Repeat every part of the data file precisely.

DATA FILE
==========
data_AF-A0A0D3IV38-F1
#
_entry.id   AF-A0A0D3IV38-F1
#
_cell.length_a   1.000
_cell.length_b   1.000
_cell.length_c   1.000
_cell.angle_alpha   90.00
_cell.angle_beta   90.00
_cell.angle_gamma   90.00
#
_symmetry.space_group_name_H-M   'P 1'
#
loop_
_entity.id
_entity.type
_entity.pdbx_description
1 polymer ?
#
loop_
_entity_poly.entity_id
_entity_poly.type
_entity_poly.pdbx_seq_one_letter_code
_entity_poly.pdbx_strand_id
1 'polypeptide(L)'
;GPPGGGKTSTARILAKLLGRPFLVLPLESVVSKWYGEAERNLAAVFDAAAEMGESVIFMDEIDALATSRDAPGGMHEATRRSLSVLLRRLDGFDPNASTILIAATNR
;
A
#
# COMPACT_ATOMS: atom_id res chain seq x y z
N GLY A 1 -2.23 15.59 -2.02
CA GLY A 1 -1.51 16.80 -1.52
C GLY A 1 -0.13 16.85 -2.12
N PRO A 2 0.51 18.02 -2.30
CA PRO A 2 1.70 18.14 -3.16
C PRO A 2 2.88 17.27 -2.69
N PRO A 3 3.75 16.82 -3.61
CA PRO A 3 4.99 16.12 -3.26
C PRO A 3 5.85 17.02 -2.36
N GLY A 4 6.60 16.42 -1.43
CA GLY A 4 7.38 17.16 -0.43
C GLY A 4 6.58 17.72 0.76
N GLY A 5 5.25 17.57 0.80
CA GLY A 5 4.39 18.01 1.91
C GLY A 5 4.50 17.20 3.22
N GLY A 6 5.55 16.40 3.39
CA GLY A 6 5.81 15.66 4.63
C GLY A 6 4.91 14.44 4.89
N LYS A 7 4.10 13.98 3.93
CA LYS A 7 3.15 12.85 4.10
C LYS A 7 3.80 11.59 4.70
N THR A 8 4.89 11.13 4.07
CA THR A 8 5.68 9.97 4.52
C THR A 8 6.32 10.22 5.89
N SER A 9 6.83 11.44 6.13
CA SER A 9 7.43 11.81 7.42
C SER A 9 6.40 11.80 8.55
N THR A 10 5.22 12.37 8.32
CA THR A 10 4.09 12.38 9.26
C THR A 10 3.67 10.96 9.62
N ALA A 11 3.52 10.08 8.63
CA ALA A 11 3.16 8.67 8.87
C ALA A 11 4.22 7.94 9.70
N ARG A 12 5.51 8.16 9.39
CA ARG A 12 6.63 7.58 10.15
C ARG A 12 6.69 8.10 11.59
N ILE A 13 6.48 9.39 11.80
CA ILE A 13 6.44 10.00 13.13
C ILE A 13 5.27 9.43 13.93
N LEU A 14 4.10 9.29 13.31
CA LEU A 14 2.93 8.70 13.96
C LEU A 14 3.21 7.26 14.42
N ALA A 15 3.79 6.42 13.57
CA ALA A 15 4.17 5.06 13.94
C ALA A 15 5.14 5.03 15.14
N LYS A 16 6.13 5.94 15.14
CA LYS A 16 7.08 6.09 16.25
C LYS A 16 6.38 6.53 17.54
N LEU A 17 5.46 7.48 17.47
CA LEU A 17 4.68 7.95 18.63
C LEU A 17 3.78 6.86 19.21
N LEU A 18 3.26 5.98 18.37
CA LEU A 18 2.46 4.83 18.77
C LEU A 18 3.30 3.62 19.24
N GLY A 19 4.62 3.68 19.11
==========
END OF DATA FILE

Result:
data_AF-A0A0D3IV38-F1
#
_entry.id   AF-A0A0D3IV38-F1
#
_cell.length_a   1.000
_cell.length_b   1.000
_cell.length_c   1.000
_cell.angle_alpha   90.00
_cell.angle_beta   90.00
_cell.angle_gamma   90.00
#
_symmetry.space_group_name_H-M   'P 1'
#
loop_
_entity.id
_entity.type
_entity.pdbx_description
1 polymer ?
#
loop_
_entity_poly.entity_id
_entity_poly.type
_entity_poly.pdbx_seq_one_letter_code
_entity_poly.pdbx_strand_id
1 'polypeptide(L)'
;GPPGGGKTSTARILAKLLGRPFLVLPLESVVSKWYGEAERNLAAVFDAAAEMGESVIFMDEIDALATSRDAPGGMHEATRRSLSVLLRRLDGFDPNASTILIAATNR
;
A
#
# COMPACT_ATOMS: atom_id res chain seq x y z
N GLY A 1 -2.23 15.59 -2.02
CA GLY A 1 -1.51 16.80 -1.52
C GLY A 1 -0.13 16.85 -2.12
N PRO A 2 0.51 18.02 -2.30
CA PRO A 2 1.70 18.14 -3.16
C PRO A 2 2.88 17.27 -2.69
N PRO A 3 3.75 16.82 -3.61
CA PRO A 3 4.99 16.12 -3.26
C PRO A 3 5.85 17.02 -2.36
N GLY A 4 6.60 16.42 -1.43
CA GLY A 4 7.38 17.16 -0.43
C GLY A 4 6.58 17.72 0.76
N GLY A 5 5.25 17.57 0.80
CA GLY A 5 4.39 18.01 1.91
C GLY A 5 4.50 17.20 3.22
N GLY A 6 5.55 16.40 3.39
CA GLY A 6 5.81 15.66 4.63
C GLY A 6 4.91 14.44 4.89
N LYS A 7 4.10 13.98 3.93
CA LYS A 7 3.15 12.85 4.10
C LYS A 7 3.80 11.59 4.70
N THR A 8 4.89 11.13 4.07
CA THR A 8 5.68 9.97 4.52
C THR A 8 6.32 10.22 5.89
N SER A 9 6.83 11.44 6.13
CA SER A 9 7.43 11.81 7.42
C SER A 9 6.40 11.80 8.55
N THR A 10 5.22 12.37 8.32
CA THR A 10 4.09 12.38 9.26
C THR A 10 3.67 10.96 9.62
N ALA A 11 3.52 10.08 8.63
CA ALA A 11 3.16 8.67 8.87
C ALA A 11 4.22 7.94 9.70
N ARG A 12 5.51 8.16 9.39
CA ARG A 12 6.63 7.58 10.15
C ARG A 12 6.69 8.10 11.59
N ILE A 13 6.48 9.39 11.80
CA ILE A 13 6.44 10.00 13.13
C ILE A 13 5.27 9.43 13.93
N LEU A 14 4.10 9.29 13.31
CA LEU A 14 2.93 8.70 13.96
C LEU A 14 3.21 7.26 14.42
N ALA A 15 3.79 6.42 13.57
CA ALA A 15 4.17 5.06 13.94
C ALA A 15 5.14 5.03 15.14
N LYS A 16 6.13 5.94 15.14
CA LYS A 16 7.08 6.09 16.25
C LYS A 16 6.38 6.53 17.54
N LEU A 17 5.46 7.48 17.47
CA LEU A 17 4.68 7.95 18.63
C LEU A 17 3.78 6.86 19.21
N LEU A 18 3.26 5.98 18.37
CA LEU A 18 2.46 4.83 18.77
C LEU A 18 3.30 3.62 19.24
N GLY A 19 4.62 3.68 19.11